Kevin McCullough

With Nevada and South Carolina in the rear-view mirror many things have been learned about the GOP nomination process. We now know that the candidate will not be Hunter, Thompson, or Paul. With increasing clarity it will likely not be Huckabee nor Giuliani, though "Tsunami Tuesday" could change that, in one direction or another.

So who's the new GOP front-runner?

Well despite all the McCain talk - the clear delegate leader is Mitt Romney.

Much of the speculation in the “returns” coverage throughout Saturday night centered on Fred Thompson. Had he not been in the race - who would've won his votes, where would they have gone? Likely to Huckabee. Had Romney simply agreed to stay in the South Carolina contest he too could have bled enough votes to keep McCain from grabbing once again the momentum's spotlight.

Yet McCain had to make some fairly obvious flip-flops to get there, and for all the discussion of Mitt Romney's record on the evolution of his position on several issues, McCain equaled Mitt's in sweeping effect - and did so in about one week's time.

As late as New Hampshire John McCain was still proud of his opposition to the Bush tax cuts, was still deeply embarrassed about his loss on the border fence legislation, and still defied evangelicals by reaffirming his pride in opposing any Constitutional amendment to protect the institution of marriage.

What a difference a few days make.

The South Carolina version of McCain began talking about putting into place permanent versions of the Bush tax cuts, talked about the need to keep the border properly secured by building the "G-d d-mned fence” (his words not ours), and he attempted to court evangelicals by touting his pro-life bona fides.

At least Mitt flipped his positions quite some time before he ran for President!

Largely uncommented on in the talking head analysis Saturday night was the reality that the only states McCain wins in - or at least has thus far, are the wide-open primary states. States where non-republicans can go - even at the last minute, decide to cast a vote and sway the accurate "republican" voice of the states.

In South Carolina, Huckabee won the categories of "Republicans", "Conservatives", "Very Conservative", "Evangelicals", and about a dozen other categories.

McCain's big draw was among "independents", "moderates."

Lost in the end-of-the day news from the GOP race are two numbers 72 to 76.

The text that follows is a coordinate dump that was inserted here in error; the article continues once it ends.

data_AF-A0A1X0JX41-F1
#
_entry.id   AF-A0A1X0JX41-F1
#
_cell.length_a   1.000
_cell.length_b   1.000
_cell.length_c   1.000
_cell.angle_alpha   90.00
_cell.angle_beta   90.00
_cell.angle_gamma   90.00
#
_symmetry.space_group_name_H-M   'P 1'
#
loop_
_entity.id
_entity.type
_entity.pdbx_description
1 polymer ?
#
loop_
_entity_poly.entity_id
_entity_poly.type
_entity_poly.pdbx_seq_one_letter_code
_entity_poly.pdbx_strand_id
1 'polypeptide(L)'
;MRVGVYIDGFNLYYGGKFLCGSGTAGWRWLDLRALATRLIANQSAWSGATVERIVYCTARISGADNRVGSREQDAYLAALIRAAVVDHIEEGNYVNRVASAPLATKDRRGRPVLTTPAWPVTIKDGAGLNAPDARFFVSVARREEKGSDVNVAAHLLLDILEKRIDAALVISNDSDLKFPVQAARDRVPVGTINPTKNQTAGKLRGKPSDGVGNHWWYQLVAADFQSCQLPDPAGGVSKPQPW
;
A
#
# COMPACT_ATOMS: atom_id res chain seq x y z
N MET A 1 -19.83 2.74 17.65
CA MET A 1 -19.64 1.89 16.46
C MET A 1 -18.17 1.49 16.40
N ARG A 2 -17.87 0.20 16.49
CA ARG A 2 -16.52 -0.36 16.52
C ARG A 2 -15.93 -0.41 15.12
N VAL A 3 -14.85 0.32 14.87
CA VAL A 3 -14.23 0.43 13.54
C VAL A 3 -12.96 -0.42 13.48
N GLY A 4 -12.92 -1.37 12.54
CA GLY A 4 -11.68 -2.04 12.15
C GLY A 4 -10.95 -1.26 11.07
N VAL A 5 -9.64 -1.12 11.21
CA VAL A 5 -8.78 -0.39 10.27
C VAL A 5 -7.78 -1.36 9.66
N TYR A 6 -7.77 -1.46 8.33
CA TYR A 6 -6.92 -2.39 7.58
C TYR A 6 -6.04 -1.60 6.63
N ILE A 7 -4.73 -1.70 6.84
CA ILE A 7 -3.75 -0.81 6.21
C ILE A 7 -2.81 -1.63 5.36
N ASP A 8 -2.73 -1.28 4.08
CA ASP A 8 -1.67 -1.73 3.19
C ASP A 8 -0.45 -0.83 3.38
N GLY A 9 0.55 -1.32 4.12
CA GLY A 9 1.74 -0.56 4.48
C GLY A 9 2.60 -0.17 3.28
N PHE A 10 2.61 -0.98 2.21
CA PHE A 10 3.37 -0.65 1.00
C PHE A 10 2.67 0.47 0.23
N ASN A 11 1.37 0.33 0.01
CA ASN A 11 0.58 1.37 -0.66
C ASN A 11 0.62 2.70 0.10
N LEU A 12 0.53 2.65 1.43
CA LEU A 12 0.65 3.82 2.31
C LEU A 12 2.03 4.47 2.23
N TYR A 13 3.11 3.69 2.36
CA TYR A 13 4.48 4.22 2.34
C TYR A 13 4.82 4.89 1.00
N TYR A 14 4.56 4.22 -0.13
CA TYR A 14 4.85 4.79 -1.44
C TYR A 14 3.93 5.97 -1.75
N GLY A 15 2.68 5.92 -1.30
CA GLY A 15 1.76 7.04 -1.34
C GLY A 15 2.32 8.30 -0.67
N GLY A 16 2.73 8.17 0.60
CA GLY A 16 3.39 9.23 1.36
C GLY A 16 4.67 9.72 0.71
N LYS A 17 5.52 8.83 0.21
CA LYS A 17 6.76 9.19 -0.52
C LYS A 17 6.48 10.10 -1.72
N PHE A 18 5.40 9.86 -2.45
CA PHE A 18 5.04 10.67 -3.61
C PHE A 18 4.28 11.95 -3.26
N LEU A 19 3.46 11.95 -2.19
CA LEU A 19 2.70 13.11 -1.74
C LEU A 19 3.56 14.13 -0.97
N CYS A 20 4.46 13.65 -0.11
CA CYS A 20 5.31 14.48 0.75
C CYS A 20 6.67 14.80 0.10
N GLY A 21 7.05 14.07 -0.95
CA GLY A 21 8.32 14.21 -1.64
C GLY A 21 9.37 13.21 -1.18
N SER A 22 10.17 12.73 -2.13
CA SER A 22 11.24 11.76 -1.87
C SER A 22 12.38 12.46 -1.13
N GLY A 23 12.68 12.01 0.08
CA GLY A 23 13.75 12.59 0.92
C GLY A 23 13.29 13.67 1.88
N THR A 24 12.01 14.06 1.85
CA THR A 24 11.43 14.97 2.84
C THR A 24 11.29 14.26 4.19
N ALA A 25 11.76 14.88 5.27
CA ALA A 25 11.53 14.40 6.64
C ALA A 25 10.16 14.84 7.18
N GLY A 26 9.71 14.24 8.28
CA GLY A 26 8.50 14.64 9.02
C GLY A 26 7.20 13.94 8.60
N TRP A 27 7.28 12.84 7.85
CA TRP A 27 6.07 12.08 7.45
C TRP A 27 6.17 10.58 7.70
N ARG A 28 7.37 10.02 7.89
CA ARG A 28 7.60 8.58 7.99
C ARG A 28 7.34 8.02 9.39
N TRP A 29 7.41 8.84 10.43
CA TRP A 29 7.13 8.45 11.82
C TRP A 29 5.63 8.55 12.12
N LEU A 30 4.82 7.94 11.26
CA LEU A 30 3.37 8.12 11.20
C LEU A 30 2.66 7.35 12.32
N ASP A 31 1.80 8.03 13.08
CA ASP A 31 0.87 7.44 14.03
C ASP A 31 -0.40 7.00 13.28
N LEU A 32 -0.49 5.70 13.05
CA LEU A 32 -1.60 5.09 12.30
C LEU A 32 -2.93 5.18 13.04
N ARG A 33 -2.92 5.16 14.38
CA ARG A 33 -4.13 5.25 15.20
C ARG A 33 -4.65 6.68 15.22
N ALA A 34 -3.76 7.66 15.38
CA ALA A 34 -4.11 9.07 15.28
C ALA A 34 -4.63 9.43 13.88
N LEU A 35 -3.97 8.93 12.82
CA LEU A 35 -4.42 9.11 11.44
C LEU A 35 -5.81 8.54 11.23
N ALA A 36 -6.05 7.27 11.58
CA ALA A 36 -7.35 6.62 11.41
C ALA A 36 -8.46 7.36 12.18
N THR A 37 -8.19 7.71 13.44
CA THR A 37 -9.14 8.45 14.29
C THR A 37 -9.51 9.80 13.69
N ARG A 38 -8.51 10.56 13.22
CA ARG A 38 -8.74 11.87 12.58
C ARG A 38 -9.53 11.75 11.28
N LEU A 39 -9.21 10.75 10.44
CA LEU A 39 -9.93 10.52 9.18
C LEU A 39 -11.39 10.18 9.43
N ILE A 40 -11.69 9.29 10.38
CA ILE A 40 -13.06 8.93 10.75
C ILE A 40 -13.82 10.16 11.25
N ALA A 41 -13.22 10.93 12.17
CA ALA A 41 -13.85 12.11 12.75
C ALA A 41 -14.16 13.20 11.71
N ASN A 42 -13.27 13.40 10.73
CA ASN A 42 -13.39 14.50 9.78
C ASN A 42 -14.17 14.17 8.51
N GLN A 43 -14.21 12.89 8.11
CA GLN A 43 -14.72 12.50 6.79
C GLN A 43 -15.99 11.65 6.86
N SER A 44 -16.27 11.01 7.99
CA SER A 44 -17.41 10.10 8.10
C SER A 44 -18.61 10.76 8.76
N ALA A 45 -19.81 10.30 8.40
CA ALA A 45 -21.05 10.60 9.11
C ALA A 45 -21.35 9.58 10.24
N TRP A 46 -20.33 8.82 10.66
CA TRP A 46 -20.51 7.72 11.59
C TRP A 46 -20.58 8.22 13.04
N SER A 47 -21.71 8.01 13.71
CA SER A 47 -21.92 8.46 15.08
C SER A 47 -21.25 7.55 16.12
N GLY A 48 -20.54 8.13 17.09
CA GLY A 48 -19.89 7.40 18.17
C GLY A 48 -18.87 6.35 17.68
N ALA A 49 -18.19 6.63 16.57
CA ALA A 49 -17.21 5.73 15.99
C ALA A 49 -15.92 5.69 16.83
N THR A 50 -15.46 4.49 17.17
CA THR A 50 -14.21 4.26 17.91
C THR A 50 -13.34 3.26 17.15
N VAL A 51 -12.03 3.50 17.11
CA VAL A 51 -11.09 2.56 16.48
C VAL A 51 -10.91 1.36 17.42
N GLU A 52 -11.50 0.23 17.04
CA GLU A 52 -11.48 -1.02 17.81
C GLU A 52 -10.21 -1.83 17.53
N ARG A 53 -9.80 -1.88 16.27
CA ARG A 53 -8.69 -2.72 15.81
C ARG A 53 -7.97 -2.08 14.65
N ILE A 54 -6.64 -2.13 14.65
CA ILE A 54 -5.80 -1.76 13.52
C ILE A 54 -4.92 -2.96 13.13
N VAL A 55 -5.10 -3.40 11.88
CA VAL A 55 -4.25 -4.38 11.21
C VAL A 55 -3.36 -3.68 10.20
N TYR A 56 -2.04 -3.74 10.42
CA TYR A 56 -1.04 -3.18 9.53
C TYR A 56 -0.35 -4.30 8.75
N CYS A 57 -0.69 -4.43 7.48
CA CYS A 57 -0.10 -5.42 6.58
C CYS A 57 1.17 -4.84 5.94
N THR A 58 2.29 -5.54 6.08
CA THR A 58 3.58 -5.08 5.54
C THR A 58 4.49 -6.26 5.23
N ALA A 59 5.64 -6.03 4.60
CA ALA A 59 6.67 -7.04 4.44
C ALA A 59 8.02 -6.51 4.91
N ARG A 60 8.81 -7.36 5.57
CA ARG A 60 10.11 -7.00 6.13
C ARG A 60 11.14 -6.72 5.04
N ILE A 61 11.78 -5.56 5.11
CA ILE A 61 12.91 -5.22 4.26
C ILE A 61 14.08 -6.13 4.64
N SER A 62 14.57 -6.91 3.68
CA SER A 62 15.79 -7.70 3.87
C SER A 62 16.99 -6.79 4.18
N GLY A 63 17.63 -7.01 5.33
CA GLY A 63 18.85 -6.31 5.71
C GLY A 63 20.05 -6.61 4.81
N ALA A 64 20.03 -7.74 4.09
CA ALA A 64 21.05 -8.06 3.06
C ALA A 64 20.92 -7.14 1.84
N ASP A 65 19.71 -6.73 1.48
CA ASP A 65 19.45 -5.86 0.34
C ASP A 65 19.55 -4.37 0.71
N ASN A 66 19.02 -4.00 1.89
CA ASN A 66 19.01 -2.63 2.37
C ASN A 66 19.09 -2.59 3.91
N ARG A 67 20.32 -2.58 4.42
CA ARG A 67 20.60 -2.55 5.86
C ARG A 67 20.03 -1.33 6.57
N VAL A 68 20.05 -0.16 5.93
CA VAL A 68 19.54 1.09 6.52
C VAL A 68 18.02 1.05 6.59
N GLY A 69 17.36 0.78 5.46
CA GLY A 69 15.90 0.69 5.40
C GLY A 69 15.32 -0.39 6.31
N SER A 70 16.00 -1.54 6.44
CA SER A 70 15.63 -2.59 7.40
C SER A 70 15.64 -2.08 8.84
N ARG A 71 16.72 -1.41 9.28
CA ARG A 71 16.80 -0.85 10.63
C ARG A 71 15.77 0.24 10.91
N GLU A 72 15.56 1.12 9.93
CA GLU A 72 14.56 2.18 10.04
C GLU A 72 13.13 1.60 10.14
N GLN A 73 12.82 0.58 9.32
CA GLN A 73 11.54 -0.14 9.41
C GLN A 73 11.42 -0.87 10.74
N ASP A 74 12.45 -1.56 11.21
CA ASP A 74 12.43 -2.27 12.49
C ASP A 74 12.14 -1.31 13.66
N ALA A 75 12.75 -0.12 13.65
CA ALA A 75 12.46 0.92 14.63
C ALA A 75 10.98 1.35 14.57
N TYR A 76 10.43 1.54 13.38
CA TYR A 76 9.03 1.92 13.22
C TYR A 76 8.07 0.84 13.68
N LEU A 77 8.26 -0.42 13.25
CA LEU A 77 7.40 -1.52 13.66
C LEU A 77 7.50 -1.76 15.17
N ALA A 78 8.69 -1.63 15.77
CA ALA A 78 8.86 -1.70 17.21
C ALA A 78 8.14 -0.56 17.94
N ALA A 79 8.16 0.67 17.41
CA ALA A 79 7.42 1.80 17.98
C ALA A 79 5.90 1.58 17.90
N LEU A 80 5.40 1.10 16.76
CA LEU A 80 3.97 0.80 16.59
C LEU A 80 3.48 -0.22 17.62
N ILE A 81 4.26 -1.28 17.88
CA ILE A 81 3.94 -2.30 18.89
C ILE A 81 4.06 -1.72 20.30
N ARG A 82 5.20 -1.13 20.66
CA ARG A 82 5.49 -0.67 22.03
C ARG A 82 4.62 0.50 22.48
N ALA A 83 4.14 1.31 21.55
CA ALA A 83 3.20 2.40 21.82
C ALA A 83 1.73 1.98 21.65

Seventy-two is the number of delegates that Romney has quietly assembled in finishing consistently high in all five primaries to date. Seventy-six is the number that all other GOP candidates have COMBINED.

The longer the "also-rans" continue to stay in the race the more distorted the results will continue to appear.

Add to this mix the reality that Rudy Giuliani has shown zero results from his big state strategy but fully intends to campaign heavy this week and was before Florida voters even as the votes were being counted in South Carolina some of the intrinsic dynamics of the GOP horse-race could still hit a bump or two.

What is refreshing, whether it's considered pandering or not, is that the voters in these early states have consistently rewarded the right message. Regardless of Romney's or McCain's previously held positions - they now lead the delegate count for the GOP because of messaging that was designed to hit the national security, anti-illegal-immigration, pro-family, pro-marriage, pro-life, permanent tax cut voters that constitute the base.

So much of the race ahead will morph as the economic troubles continue to emerge. McCain's flip-flopping on tax reductions, border security, and his continued hostility toward protecting the institution of marriage will yet haunt true republican voters participating in true republican primaries.

Saturday night, McCain was quick to flaunt that no one has gone on to be the nominee and not won South Carolina.

But the truth is - it is Romney who has the power of a campaign strategy that has doubled up the number of delegates secured by the rest of the GOP class of 2008.

What it all means is that the GOP might ultimately see a two-man race. One who has been accused of flip-flopping when he was still serving as Governor of Massachusetts, or one who flat out did change his position to pander to voters who had previously written him off.

Both of whom still have significant struggles against Obama or Hillary, or worse yet - both!